To examine the mechanisms by which weight loss improves glycemic control in overweight subjects with NIDDM, particularly the relationships between energy restriction, improvement in insulin sensitivity, andregional and overall adipose tissue loss.


Hyperinsulinemic glucose clamps wereperformed in 20 subjects (BMI = 32.0 ± 0.5 [SEM] kg/m2, age = 48.4 ± 2.7 years) with normal glucose tolerance (NGT) (n = 10) or mild NIDDM (n = 10) before and on the 4th (d4) and 28th (d28) days of a reduced-energy (1,100 ± 250 [SD] kcal/day) formula diet. Body composition changes were assessed by dual energy x-ray absorptiometry and insulin secretory changes were measured by insulin response to intravenous glucose before and after weight loss.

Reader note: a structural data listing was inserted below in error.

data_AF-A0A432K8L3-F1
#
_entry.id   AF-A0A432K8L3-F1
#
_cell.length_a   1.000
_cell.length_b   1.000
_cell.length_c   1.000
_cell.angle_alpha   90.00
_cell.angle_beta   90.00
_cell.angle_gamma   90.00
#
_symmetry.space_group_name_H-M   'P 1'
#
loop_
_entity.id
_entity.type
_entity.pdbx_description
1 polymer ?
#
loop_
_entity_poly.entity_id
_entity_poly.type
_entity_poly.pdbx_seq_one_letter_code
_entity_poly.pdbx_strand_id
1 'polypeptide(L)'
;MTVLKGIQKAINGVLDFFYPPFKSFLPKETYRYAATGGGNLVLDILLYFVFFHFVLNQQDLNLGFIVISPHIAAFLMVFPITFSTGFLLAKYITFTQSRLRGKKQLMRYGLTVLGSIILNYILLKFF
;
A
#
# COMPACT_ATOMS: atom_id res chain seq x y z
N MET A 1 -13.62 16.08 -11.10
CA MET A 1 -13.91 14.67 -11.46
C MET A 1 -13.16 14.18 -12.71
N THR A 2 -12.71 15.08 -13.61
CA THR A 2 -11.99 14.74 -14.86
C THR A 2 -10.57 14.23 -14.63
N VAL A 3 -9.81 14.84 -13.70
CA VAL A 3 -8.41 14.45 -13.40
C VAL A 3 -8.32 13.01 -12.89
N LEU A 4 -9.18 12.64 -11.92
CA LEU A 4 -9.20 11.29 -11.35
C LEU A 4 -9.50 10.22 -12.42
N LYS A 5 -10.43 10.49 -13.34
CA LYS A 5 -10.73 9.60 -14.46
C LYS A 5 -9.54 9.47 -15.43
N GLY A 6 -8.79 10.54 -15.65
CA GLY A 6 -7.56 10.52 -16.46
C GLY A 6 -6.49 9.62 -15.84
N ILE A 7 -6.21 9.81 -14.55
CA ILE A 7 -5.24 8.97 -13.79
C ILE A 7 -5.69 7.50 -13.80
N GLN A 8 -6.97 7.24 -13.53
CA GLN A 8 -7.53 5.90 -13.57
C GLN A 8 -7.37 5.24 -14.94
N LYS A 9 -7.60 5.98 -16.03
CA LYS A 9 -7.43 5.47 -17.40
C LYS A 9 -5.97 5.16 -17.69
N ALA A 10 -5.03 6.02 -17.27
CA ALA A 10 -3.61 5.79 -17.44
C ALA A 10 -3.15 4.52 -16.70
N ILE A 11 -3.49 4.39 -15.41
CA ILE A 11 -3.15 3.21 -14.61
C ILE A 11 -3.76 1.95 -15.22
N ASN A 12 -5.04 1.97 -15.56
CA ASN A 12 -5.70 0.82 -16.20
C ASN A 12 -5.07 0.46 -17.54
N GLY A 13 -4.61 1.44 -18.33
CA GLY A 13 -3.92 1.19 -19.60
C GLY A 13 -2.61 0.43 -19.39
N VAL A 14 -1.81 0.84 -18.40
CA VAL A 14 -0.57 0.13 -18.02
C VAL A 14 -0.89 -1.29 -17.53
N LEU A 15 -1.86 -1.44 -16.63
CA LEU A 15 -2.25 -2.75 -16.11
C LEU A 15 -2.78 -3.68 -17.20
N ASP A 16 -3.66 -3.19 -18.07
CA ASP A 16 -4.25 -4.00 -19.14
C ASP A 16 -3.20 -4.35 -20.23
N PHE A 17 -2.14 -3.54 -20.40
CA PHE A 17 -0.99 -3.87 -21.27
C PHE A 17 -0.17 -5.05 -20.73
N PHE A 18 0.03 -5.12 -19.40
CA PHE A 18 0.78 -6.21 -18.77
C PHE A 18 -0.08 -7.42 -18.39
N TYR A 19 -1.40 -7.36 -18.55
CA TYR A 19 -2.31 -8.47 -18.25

In both groups, energy restriction (d4) reduced fasting plasma glucose (FPG) (ΔFPG: NGT = −0.4 ± 0.2 mmol/1 and NIDDM = −1.1 ± 0.03 mmol/1, P = 0.002), which was independently related to reduced carbohydrate intake (partial r = 0.64, P = 0.003). There was a marked d4 increase in percent of insulin suppression of hepatic glucose output(HGO) in both groups (ΔHGO suppression: NGT = 28 ± 15% and NIDDM = 32 ± 8%, P = 0.002). By d28, with 6.3 ± 0.4 kg weight loss, FPG was further reduced (d4 vs. d28) in NIDDM only (P = 0.05), and insulin sensitivity increased in both groups (P = 0.02). Only loss of abdominal fat related to improvements in FPG (r = 0.51, P = 0.03) and insulin sensitivity afterweight loss (r = 0.48, P = 0.05). In contrast to insulin action, there were only small changes in insulin secretion.


Both energy restriction and weight loss have beneficial effects on insulin action and glycemic control in obesity and mild NIDDM. The effect of energy restriction is related to changes in individual macronutrients, whereas weight loss effects relate to changes in abdominal fat.

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